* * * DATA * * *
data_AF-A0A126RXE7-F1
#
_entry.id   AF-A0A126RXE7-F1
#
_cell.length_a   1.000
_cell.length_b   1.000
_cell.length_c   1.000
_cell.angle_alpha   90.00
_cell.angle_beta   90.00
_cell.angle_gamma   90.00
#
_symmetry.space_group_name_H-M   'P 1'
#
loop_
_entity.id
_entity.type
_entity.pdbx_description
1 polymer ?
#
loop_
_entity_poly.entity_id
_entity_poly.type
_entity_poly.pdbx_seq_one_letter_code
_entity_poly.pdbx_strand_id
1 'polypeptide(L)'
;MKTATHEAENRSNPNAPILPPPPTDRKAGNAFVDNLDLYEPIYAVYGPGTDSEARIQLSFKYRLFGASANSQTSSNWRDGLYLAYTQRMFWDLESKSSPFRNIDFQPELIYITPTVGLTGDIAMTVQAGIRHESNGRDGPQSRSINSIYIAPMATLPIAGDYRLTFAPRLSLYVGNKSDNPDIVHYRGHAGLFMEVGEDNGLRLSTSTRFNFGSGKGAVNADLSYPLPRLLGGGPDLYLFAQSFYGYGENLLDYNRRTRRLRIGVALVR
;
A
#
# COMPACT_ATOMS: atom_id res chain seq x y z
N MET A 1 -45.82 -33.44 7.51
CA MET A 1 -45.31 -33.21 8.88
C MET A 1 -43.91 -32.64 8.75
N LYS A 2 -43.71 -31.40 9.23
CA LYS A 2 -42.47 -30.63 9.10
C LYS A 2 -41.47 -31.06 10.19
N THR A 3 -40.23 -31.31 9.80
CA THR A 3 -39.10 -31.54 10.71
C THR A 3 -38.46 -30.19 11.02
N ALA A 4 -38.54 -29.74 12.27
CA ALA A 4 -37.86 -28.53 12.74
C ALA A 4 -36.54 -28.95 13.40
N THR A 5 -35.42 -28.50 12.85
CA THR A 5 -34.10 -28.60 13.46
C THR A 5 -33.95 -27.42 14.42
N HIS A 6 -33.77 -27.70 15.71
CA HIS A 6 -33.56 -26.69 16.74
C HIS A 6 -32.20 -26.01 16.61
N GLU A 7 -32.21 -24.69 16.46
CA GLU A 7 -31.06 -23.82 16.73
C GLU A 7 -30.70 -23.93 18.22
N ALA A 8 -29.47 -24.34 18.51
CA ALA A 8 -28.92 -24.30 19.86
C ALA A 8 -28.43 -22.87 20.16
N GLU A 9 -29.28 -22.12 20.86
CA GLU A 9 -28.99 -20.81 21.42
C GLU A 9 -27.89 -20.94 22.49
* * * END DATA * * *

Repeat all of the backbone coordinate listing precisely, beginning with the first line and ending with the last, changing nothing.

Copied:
data_AF-A0A126RXE7-F1
#
_entry.id   AF-A0A126RXE7-F1
#
_cell.length_a   1.000
_cell.length_b   1.000
_cell.length_c   1.000
_cell.angle_alpha   90.00
_cell.angle_beta   90.00
_cell.angle_gamma   90.00
#
_symmetry.space_group_name_H-M   'P 1'
#
loop_
_entity.id
_entity.type
_entity.pdbx_description
1 polymer ?
#
loop_
_entity_poly.entity_id
_entity_poly.type
_entity_poly.pdbx_seq_one_letter_code
_entity_poly.pdbx_strand_id
1 'polypeptide(L)'
;MKTATHEAENRSNPNAPILPPPPTDRKAGNAFVDNLDLYEPIYAVYGPGTDSEARIQLSFKYRLFGASANSQTSSNWRDGLYLAYTQRMFWDLESKSSPFRNIDFQPELIYITPTVGLTGDIAMTVQAGIRHESNGRDGPQSRSINSIYIAPMATLPIAGDYRLTFAPRLSLYVGNKSDNPDIVHYRGHAGLFMEVGEDNGLRLSTSTRFNFGSGKGAVNADLSYPLPRLLGGGPDLYLFAQSFYGYGENLLDYNRRTRRLRIGVALVR
;
A
#
# COMPACT_ATOMS: atom_id res chain seq x y z
N MET A 1 -45.82 -33.44 7.51
CA MET A 1 -45.31 -33.21 8.88
C MET A 1 -43.91 -32.64 8.75
N LYS A 2 -43.71 -31.40 9.23
CA LYS A 2 -42.47 -30.63 9.10
C LYS A 2 -41.47 -31.06 10.19
N THR A 3 -40.23 -31.31 9.80
CA THR A 3 -39.10 -31.54 10.71
C THR A 3 -38.46 -30.19 11.02
N ALA A 4 -38.54 -29.74 12.27
CA ALA A 4 -37.86 -28.53 12.74
C ALA A 4 -36.54 -28.95 13.40
N THR A 5 -35.42 -28.50 12.85
CA THR A 5 -34.10 -28.60 13.46
C THR A 5 -33.95 -27.42 14.42
N HIS A 6 -33.77 -27.70 15.71
CA HIS A 6 -33.56 -26.69 16.74
C HIS A 6 -32.20 -26.01 16.61
N GLU A 7 -32.21 -24.69 16.46
CA GLU A 7 -31.06 -23.82 16.73
C GLU A 7 -30.70 -23.93 18.22
N ALA A 8 -29.47 -24.34 18.51
CA ALA A 8 -28.92 -24.30 19.86
C ALA A 8 -28.43 -22.87 20.16
N GLU A 9 -29.28 -22.12 20.86
CA GLU A 9 -28.99 -20.81 21.42
C GLU A 9 -27.89 -20.94 22.49